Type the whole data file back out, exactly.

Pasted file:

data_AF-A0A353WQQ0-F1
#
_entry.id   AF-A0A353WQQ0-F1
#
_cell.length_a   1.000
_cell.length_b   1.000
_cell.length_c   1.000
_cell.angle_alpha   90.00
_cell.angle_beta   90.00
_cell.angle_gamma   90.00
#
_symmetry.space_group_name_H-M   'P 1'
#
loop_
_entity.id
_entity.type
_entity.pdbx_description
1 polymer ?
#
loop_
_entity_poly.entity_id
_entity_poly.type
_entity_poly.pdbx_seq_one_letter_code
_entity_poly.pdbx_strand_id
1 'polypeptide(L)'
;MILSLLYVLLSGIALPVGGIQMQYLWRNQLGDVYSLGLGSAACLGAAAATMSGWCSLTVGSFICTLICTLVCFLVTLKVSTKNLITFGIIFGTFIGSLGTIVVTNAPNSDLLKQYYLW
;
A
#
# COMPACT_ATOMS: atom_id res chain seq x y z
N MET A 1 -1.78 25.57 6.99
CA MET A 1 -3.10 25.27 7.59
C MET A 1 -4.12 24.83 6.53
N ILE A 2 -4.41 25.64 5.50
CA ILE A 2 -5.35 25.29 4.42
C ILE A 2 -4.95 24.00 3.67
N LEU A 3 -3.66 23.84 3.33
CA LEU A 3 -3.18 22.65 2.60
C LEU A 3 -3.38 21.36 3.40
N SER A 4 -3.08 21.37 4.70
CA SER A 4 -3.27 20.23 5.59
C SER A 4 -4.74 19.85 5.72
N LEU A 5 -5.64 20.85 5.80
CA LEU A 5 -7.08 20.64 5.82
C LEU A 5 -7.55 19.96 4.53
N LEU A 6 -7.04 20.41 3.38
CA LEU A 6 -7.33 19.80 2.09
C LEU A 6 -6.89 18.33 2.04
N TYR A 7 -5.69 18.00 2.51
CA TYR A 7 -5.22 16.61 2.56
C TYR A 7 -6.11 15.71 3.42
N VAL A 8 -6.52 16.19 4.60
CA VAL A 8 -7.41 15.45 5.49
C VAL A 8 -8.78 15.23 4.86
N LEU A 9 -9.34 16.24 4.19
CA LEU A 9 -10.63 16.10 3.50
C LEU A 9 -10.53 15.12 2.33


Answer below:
data_AF-A0A353WQQ0-F1
#
_entry.id   AF-A0A353WQQ0-F1
#
_cell.length_a   1.000
_cell.length_b   1.000
_cell.length_c   1.000
_cell.angle_alpha   90.00
_cell.angle_beta   90.00
_cell.angle_gamma   90.00
#
_symmetry.space_group_name_H-M   'P 1'
#
loop_
_entity.id
_entity.type
_entity.pdbx_description
1 polymer ?
#
loop_
_entity_poly.entity_id
_entity_poly.type
_entity_poly.pdbx_seq_one_letter_code
_entity_poly.pdbx_strand_id
1 'polypeptide(L)'
;MILSLLYVLLSGIALPVGGIQMQYLWRNQLGDVYSLGLGSAACLGAAAATMSGWCSLTVGSFICTLICTLVCFLVTLKVSTKNLITFGIIFGTFIGSLGTIVVTNAPNSDLLKQYYLW
;
A
#
# COMPACT_ATOMS: atom_id res chain seq x y z
N MET A 1 -1.78 25.57 6.99
CA MET A 1 -3.10 25.27 7.59
C MET A 1 -4.12 24.83 6.53
N ILE A 2 -4.41 25.64 5.50
CA ILE A 2 -5.35 25.29 4.42
C ILE A 2 -4.95 24.00 3.67
N LEU A 3 -3.66 23.84 3.33
CA LEU A 3 -3.18 22.65 2.60
C LEU A 3 -3.38 21.36 3.40
N SER A 4 -3.08 21.37 4.70
CA SER A 4 -3.27 20.23 5.59
C SER A 4 -4.74 19.85 5.72
N LEU A 5 -5.64 20.85 5.80
CA LEU A 5 -7.08 20.64 5.82
C LEU A 5 -7.55 19.96 4.53
N LEU A 6 -7.04 20.41 3.38
CA LEU A 6 -7.33 19.80 2.09
C LEU A 6 -6.89 18.33 2.04
N TYR A 7 -5.69 18.00 2.51
CA TYR A 7 -5.22 16.61 2.56
C TYR A 7 -6.11 15.71 3.42
N VAL A 8 -6.52 16.19 4.60
CA VAL A 8 -7.41 15.45 5.49
C VAL A 8 -8.78 15.23 4.86
N LEU A 9 -9.34 16.24 4.19
CA LEU A 9 -10.63 16.10 3.50
C LEU A 9 -10.53 15.12 2.33